The book includes ten chapters plus an introduction and an afterward. I imagined that each of the ten chapters would examine the different tentpoles, or tenets, necessary to create the conditions for resonance. The titles of the chapters are: On Resonance, Cast Down Your Bucket, Sensation and Perception, Powerful Triads, The Presence of the Past, Dissonance, Ambiguity and Paradox, Energy and Restraint, The Present Moment, and Civility. In addition to an in-depth dive into the practical uses of resonance, the chapters address how to start a career, how to reach deeper layers of perception in an audience, how to incorporate the past into the present moment and how to embrace dissonance, ambiguity, and paradox. The book also examines the role of energy, the practical uses of restraint, the power of the present moment and the necessity for civility.
Rather than leading with theory, I find it useful to describe how I first encountered certain concepts, insights, and ideas. In this spirit, The Art of Resonance is filled with stories from my own life and my adventures and misadventures in the theater. The theoretical fruits of these encounters, and the fertile and thought-provoking research that these discoveries led me on, are the result of direct experiences in rehearsal and in life. The book also provides a window into the process of working within the context of an ensemble, specifically SITI Company. How we develop structures of equality, listening and constant reorientation. How we examine issues together and open outwards rather than problematizing them. How we approach the theater as a place where idealism can abide.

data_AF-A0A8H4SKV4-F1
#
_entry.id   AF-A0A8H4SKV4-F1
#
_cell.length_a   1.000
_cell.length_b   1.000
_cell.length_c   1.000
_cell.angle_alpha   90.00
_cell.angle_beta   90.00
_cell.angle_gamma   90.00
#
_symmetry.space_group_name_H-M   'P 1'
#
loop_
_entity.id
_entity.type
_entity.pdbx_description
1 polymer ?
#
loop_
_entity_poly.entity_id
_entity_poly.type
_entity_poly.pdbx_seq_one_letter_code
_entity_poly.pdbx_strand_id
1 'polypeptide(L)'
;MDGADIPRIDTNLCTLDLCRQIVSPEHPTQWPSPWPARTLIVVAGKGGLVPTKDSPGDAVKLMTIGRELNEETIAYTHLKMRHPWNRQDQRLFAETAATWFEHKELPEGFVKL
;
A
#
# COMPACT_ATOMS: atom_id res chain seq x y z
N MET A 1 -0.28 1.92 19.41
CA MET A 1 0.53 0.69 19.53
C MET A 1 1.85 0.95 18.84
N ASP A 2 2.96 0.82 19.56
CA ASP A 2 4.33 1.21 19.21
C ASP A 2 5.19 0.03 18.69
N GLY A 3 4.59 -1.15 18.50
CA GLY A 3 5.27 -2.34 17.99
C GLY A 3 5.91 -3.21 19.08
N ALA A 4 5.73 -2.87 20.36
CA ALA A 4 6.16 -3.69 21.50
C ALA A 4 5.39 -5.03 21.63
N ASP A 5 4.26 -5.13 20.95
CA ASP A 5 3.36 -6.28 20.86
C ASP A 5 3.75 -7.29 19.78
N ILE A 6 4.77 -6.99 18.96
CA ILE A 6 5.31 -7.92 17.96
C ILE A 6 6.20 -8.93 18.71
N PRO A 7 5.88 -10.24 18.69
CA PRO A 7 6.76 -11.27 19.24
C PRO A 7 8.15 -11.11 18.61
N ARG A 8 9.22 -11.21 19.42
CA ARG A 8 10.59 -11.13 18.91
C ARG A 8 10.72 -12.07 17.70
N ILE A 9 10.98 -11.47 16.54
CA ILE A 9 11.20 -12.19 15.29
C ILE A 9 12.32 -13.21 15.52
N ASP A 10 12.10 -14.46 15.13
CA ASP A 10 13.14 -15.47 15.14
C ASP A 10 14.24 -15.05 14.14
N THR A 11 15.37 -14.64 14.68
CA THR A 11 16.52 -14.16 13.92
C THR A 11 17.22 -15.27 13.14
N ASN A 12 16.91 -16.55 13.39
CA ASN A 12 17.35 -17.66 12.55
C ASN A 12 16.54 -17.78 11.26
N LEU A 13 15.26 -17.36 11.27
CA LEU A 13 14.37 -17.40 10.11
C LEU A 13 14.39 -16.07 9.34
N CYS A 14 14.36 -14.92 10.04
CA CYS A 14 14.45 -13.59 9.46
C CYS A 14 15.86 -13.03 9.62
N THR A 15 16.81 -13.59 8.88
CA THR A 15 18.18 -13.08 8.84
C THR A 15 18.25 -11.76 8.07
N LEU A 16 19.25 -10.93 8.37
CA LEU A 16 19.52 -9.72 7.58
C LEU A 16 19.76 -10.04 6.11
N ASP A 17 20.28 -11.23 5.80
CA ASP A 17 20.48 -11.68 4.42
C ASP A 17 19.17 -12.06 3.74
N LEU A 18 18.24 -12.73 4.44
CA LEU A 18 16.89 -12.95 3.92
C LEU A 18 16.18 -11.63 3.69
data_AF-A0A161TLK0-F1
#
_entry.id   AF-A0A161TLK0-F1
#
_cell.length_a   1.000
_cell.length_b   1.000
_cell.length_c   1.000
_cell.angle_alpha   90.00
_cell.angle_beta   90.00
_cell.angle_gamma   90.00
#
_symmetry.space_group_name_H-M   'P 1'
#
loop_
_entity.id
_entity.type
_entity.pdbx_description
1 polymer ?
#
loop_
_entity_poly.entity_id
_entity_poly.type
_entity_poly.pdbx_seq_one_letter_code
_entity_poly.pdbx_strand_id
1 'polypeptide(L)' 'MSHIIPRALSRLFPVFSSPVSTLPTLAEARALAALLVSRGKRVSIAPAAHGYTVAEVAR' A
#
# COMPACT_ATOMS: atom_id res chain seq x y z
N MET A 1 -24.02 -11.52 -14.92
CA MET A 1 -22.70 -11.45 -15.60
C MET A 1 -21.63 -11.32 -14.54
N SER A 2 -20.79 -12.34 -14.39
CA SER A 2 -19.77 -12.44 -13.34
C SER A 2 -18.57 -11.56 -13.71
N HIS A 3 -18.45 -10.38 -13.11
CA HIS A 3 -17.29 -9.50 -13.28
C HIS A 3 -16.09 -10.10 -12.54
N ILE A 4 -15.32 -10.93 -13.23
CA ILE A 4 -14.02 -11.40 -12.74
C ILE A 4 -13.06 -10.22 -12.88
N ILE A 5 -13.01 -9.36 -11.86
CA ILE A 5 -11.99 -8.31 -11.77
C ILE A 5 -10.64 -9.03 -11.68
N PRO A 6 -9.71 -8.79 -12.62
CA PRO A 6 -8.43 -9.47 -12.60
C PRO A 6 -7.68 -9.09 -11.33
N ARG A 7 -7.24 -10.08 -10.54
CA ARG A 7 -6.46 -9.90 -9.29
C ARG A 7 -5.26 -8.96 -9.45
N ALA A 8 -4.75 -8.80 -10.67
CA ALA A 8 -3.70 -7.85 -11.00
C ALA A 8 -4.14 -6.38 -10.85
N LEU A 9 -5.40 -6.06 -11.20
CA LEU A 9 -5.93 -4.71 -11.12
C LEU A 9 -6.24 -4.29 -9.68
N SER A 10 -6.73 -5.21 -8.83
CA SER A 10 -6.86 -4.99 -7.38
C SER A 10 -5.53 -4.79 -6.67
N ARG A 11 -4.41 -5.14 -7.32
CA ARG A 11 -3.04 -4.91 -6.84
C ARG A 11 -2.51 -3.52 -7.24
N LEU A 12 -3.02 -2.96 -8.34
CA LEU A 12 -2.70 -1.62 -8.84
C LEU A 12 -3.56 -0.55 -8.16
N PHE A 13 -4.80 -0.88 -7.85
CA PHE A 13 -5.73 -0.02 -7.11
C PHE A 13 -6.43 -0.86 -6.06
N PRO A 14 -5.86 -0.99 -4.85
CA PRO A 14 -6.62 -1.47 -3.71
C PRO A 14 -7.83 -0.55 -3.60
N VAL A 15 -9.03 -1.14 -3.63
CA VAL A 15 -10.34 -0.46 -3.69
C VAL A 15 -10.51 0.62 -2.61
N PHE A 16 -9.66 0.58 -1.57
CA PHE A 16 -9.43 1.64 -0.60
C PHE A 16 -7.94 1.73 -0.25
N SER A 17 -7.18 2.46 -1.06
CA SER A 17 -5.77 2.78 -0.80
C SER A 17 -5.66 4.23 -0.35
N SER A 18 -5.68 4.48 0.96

I hope that The Art of Resonance will prove useful in providing practical and theoretical prompts about how to negotiate our altered landscape and how to re-examine our values, our methods, and our institutions. Can we question our assumptions about how we collaborate? Do we have the imagination to conceive of other ways of being in the world? Can we engage in deeper and more inclusive conversations with a wider range of reference? Can we create a shared space of mutual attention and listening? How to create theater experiences in which resonance may arise?